Across the puddle in
When Fidel Castro ceded power to his brother Raul last summer and crowds in Miami-Dade hit the streets in celebration, one group of people hit the phones.
The Cuban leader was ill, and because he disappeared from public view, some people thought he was dead. Members of a humanitarian task force coordinating a local response kept in touch by phone and waited for a "trigger point," such as the activation of Miami-Dade's
, to launch their efforts. Emergency Operations Center
That never happened, and things returned to normal after photos and video footage showed Castro was still alive.
But the response in
South Floridapointed to progress.
"If this had happened five years ago, there was no mechanism for all these entities to be in the loop with each other," said Eric Driggs, executive director of the South Florida Humanitarian Network for
, a group of community organizations, universities and government agencies. Cuba
Led by the American Red Cross of Greater Miami & The Keys and the
's Institute for Cuban and Cuban-American Studies, the network is preparing for a major event in Universityof Miami that could set off a mass migration to Cuba South Floridaor affect the region in some other way.
Although organizers say they do not know what those events will be, Fidel Castro's recent illness and speculation by
officials that his condition is terminal mean the network could soon be put into action. U.S.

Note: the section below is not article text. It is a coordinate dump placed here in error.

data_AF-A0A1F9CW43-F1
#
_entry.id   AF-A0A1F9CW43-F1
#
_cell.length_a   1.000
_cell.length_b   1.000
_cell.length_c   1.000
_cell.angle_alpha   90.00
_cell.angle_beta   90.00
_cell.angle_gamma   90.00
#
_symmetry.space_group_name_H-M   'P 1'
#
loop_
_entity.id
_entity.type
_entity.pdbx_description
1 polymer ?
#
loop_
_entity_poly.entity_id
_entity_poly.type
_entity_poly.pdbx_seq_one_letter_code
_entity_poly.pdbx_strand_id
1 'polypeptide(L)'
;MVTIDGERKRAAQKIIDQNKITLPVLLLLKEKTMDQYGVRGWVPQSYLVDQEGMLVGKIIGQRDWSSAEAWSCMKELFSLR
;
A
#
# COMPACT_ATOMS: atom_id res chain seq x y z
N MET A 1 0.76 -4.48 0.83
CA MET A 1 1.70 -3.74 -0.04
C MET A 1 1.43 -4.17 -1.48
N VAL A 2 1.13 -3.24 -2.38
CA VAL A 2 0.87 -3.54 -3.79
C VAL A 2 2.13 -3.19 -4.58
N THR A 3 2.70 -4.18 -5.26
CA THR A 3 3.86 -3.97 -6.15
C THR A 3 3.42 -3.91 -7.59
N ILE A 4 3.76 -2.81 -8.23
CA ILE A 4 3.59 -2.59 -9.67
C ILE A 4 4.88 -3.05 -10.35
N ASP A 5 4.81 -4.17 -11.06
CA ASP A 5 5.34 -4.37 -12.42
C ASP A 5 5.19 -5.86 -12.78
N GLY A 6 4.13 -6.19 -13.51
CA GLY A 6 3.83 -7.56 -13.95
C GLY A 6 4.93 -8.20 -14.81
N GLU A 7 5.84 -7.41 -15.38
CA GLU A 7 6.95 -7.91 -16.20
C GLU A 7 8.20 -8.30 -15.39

"What happens [in
] is so important to people here in Cuba South Florida. We just need to be prepared for whatever may happen," said Sam Tidwell, CEO of the American Red Cross of Greater Miami & The Keys.
Local, state and federal government agencies have long had plans in case turmoil in
spills over to the Cuba . The South Florida Humanitarian Network is prepared to provide services to refugees, organize the collection of donations, provide family reunification services and disseminate information to the community. United States
In its "Recommendations for Community Preparedness," released in May, the network outlined possible scenarios and its role in calming any chaos.
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Missing from all the scenarios in the article, was any organization to guide us Exiles to properly celebrate when the day comes. I’ve done some research on Cuban celebratory practices and have not found the guidelines for banging on pots. I believe that back in July when people started celebrating Fidel’s ceding of power, some Cubans in